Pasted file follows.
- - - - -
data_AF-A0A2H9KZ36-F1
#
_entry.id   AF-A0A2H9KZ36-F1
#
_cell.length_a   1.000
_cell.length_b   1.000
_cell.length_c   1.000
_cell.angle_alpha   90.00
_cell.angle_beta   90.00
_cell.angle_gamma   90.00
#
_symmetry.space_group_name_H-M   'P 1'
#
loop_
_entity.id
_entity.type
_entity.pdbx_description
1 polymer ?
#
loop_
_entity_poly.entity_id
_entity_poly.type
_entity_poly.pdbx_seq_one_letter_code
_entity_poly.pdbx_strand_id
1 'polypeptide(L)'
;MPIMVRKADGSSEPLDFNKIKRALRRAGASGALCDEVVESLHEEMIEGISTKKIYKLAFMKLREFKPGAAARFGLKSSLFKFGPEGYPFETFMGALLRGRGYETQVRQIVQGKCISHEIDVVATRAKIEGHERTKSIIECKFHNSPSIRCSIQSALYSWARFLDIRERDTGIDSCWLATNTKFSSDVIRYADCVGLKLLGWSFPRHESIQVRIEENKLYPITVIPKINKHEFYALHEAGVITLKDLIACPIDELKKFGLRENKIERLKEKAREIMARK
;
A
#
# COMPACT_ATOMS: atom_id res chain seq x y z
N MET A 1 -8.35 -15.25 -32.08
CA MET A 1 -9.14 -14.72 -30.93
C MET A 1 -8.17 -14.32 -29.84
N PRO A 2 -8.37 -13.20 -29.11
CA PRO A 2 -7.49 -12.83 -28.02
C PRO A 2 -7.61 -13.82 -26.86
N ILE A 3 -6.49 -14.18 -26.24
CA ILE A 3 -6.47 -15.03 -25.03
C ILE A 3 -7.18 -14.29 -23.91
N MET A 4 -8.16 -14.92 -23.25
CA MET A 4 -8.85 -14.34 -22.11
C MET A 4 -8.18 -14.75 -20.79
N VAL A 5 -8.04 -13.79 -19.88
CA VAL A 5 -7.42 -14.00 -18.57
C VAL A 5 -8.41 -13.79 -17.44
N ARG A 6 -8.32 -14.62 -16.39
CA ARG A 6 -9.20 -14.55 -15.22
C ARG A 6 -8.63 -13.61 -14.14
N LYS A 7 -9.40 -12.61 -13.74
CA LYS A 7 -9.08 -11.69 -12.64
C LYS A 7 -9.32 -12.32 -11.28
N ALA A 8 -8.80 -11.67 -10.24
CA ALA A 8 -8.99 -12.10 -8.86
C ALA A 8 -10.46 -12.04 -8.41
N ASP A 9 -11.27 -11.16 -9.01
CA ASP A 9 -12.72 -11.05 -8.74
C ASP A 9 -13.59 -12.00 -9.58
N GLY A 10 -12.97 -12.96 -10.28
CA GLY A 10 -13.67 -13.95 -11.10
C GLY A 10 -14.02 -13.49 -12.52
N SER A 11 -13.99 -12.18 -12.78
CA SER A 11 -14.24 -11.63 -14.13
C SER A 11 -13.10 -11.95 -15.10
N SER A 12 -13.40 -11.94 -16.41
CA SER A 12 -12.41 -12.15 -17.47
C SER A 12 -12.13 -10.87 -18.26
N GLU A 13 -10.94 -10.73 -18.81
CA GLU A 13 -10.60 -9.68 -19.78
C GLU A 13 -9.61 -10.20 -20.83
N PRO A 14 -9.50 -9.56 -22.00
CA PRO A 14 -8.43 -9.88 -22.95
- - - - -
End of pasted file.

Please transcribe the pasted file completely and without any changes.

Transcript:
data_AF-A0A2H9KZ36-F1
#
_entry.id   AF-A0A2H9KZ36-F1
#
_cell.length_a   1.000
_cell.length_b   1.000
_cell.length_c   1.000
_cell.angle_alpha   90.00
_cell.angle_beta   90.00
_cell.angle_gamma   90.00
#
_symmetry.space_group_name_H-M   'P 1'
#
loop_
_entity.id
_entity.type
_entity.pdbx_description
1 polymer ?
#
loop_
_entity_poly.entity_id
_entity_poly.type
_entity_poly.pdbx_seq_one_letter_code
_entity_poly.pdbx_strand_id
1 'polypeptide(L)'
;MPIMVRKADGSSEPLDFNKIKRALRRAGASGALCDEVVESLHEEMIEGISTKKIYKLAFMKLREFKPGAAARFGLKSSLFKFGPEGYPFETFMGALLRGRGYETQVRQIVQGKCISHEIDVVATRAKIEGHERTKSIIECKFHNSPSIRCSIQSALYSWARFLDIRERDTGIDSCWLATNTKFSSDVIRYADCVGLKLLGWSFPRHESIQVRIEENKLYPITVIPKINKHEFYALHEAGVITLKDLIACPIDELKKFGLRENKIERLKEKAREIMARK
;
A
#
# COMPACT_ATOMS: atom_id res chain seq x y z
N MET A 1 -8.35 -15.25 -32.08
CA MET A 1 -9.14 -14.72 -30.93
C MET A 1 -8.17 -14.32 -29.84
N PRO A 2 -8.37 -13.20 -29.11
CA PRO A 2 -7.49 -12.83 -28.02
C PRO A 2 -7.61 -13.82 -26.86
N ILE A 3 -6.49 -14.18 -26.24
CA ILE A 3 -6.47 -15.03 -25.03
C ILE A 3 -7.18 -14.29 -23.91
N MET A 4 -8.16 -14.92 -23.25
CA MET A 4 -8.85 -14.34 -22.11
C MET A 4 -8.18 -14.75 -20.79
N VAL A 5 -8.04 -13.79 -19.88
CA VAL A 5 -7.42 -14.00 -18.57
C VAL A 5 -8.41 -13.79 -17.44
N ARG A 6 -8.32 -14.62 -16.39
CA ARG A 6 -9.20 -14.55 -15.22
C ARG A 6 -8.63 -13.61 -14.14
N LYS A 7 -9.40 -12.61 -13.74
CA LYS A 7 -9.08 -11.69 -12.64
C LYS A 7 -9.32 -12.32 -11.28
N ALA A 8 -8.80 -11.67 -10.24
CA ALA A 8 -8.99 -12.10 -8.86
C ALA A 8 -10.46 -12.04 -8.41
N ASP A 9 -11.27 -11.16 -9.01
CA ASP A 9 -12.72 -11.05 -8.74
C ASP A 9 -13.59 -12.00 -9.58
N GLY A 10 -12.97 -12.96 -10.28
CA GLY A 10 -13.67 -13.95 -11.10
C GLY A 10 -14.02 -13.49 -12.52
N SER A 11 -13.99 -12.18 -12.78
CA SER A 11 -14.24 -11.63 -14.13
C SER A 11 -13.10 -11.95 -15.10
N SER A 12 -13.40 -11.94 -16.41
CA SER A 12 -12.41 -12.15 -17.47
C SER A 12 -12.13 -10.87 -18.26
N GLU A 13 -10.94 -10.73 -18.81
CA GLU A 13 -10.60 -9.68 -19.78
C GLU A 13 -9.61 -10.20 -20.83
N PRO A 14 -9.50 -9.56 -22.00
CA PRO A 14 -8.43 -9.88 -22.95